Chosen by Forbes in 2011 as one of Africa’s Top 10 most ‘Powerful and Influential Men’ of his generation, Euvin Naidoo has worked as an executive within financial services in both the USA and Africa for over 15 years. Euvin was part of the African leadership team at the Boston Consulting Group. When he joined, he was the first South African Partner and Managing Director from the Johannesburg office. He led the Africa Financial Institutions and Public Sector (DFIs, Treasury and Central Banks) Practices.
Euvin was born in Gusa, a small town in the Northern part of South Africa, in 1971. Growing up in South Africa in the 70s and 80s, Euvin experienced some level of poverty. Although he was more fortunate than some of his contemporaries, he knew what it meant to lack basic amenities. Those formative years served as a springboard for most of the things he has been doing for over a decade now – trying to change the African narrative.
Euvin Naidoo worked at McKinsey & Co at their first African office in Johannesburg. He was elected president of the South African Chamber of Commerce in America. Naidoo’s personal focus and work are on digital innovation and transformation within banking and insurance, incorporating the themes of risk, customer centricity, agility, automation, financial inclusion, development of capital markets, and the implications of the ‘Fourth Industrial Revolution’ on financial services organizations, staff, stakeholders, and customers. He also focuses on ‘Sales Force Effectiveness’ and the organizational changes needed to drive the delivery of bottom-line impact at scale for banks, asset managers, and insurance companies.
In recognition of his work and impact across Africa, Columbia University’s Journal of International Affairs has previously named Euvin as one of the ‘Five Faces of African Innovation and Entrepreneurship. As a Senior Fellow, his research is entitled “The impact of the Fourth Industrial Revolution on Africa.” Euvin Naidoo has been very vocal about changing the negative publicity about Africa. In times past, all that many knew of Africa was that it was a dark continent.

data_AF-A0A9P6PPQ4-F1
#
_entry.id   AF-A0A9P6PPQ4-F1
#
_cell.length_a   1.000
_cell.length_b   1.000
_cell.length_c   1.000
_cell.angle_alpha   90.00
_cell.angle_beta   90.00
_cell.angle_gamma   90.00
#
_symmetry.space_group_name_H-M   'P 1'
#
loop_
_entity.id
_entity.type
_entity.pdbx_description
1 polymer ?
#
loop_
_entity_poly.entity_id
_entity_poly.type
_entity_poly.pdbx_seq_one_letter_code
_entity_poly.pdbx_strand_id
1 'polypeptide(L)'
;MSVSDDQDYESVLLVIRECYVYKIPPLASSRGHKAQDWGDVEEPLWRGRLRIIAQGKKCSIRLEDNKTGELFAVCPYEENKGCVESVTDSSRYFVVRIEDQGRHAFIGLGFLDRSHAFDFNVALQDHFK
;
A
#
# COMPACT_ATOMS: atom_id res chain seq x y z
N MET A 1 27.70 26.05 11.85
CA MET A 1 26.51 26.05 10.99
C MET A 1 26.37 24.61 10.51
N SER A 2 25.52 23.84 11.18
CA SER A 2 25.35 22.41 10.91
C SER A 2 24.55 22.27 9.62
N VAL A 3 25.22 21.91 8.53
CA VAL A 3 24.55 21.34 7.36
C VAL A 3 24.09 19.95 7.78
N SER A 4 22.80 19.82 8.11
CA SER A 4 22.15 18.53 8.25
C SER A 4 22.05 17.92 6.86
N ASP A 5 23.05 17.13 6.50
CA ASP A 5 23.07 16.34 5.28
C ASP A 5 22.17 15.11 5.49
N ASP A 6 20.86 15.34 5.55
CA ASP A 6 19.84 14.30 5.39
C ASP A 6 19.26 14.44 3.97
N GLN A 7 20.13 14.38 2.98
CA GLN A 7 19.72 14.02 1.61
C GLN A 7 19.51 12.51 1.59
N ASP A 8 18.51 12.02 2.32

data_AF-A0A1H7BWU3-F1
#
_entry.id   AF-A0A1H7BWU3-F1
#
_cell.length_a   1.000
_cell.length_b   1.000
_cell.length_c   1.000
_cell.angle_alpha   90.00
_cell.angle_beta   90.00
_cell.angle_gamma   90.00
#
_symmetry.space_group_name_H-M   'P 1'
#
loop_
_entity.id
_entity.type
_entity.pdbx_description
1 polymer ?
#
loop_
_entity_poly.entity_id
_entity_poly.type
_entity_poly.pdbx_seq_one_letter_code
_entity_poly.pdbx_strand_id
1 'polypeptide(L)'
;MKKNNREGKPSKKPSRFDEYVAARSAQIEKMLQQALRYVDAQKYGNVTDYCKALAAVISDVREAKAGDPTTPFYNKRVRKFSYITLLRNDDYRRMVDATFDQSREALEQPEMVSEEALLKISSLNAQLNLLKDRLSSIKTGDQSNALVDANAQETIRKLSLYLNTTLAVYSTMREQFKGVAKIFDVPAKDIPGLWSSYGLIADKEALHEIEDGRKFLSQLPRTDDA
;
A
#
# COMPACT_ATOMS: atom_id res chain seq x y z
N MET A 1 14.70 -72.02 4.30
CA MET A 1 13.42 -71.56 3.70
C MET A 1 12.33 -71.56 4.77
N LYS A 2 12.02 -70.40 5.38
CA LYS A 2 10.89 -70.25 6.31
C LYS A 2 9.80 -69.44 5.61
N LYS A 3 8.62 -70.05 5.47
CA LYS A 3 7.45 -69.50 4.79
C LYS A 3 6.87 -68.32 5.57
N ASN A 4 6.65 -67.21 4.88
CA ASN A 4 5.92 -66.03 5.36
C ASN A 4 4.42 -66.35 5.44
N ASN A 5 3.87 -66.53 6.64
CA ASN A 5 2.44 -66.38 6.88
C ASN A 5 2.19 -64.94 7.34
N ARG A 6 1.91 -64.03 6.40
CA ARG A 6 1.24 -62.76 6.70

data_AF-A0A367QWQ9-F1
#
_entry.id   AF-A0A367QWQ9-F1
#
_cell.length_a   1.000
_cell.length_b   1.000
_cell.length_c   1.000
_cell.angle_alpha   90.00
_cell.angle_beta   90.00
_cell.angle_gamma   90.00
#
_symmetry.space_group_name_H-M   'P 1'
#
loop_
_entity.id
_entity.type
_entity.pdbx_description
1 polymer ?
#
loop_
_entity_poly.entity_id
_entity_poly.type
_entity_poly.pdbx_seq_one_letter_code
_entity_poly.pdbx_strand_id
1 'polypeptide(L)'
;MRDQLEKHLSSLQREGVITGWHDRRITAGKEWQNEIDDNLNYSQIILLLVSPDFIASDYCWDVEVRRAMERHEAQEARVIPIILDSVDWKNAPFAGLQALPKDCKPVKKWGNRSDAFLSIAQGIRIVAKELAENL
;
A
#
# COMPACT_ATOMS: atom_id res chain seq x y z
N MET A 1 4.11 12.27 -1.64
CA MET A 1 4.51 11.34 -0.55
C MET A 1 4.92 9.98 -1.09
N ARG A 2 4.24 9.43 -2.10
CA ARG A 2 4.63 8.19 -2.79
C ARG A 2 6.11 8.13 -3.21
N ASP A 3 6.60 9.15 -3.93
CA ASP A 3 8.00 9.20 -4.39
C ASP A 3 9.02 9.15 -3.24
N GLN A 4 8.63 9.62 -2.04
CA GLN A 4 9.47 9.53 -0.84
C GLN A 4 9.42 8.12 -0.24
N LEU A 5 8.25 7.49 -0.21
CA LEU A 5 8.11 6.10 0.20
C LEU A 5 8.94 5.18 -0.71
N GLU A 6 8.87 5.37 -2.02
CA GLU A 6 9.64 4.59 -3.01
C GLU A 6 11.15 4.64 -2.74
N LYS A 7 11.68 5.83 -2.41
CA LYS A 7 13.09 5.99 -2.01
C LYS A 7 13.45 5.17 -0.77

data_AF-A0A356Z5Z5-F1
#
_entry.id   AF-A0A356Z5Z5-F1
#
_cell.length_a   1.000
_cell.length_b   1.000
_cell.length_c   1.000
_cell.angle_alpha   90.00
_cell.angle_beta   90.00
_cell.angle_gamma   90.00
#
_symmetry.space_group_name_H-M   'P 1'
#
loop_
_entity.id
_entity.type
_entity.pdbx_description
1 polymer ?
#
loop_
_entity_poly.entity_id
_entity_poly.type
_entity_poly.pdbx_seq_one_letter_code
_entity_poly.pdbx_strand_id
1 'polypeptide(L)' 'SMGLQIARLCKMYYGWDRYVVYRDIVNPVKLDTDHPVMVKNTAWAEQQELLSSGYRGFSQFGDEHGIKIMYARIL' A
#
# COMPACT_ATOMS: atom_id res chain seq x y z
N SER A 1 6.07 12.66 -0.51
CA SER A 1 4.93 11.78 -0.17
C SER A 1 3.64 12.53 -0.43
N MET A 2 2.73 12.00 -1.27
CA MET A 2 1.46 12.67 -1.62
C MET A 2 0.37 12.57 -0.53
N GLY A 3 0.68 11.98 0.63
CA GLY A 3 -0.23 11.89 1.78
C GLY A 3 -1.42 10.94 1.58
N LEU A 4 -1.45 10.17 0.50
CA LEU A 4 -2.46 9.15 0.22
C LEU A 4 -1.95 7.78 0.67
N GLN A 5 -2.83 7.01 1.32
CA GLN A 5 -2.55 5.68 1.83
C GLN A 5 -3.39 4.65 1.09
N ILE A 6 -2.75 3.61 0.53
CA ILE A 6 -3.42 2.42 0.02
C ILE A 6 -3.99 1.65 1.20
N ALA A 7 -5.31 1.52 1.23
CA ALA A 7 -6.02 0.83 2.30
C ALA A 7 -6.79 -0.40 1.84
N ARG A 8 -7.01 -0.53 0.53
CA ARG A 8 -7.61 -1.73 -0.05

In the past, when people think of Africa, they paint pictures of genocide, famine, HIV, AIDS, wars, slavery, and so on. This narrative could not be farther from the truth. The truth is that Africa is where all life began. Africa is the second-largest continent, after Asia. It covers about a fifth of the total landmass of the earth. For instance, South Africa was voted in 2007 to be the top destination for top 1000 UK companies offshore call centers. Africa provides 18% of the US oil supply, while the Middle East supplies 16%. Africa has suffered from the curse of these commodities because there is over-reliance on crude oil, and its derivatives have caused neglect of other sectors. Egypt launched an industrial Zone valued at about $2.8 billion. The aim was to focus on textile and pharmaceuticals. In Africa, there are challenges, as well as opportunities. For instance, about 50% of all the roads in Africa are untarred. Also, there is an energy shortage, and the majority of the population is unbanked. CNBC is a 24-hour News Channel dedicated to Africa. This is because the good news is expected to come out of Africa in no distant time. All these are pointers because, along with the challenges, there are untapped opportunities in Africa.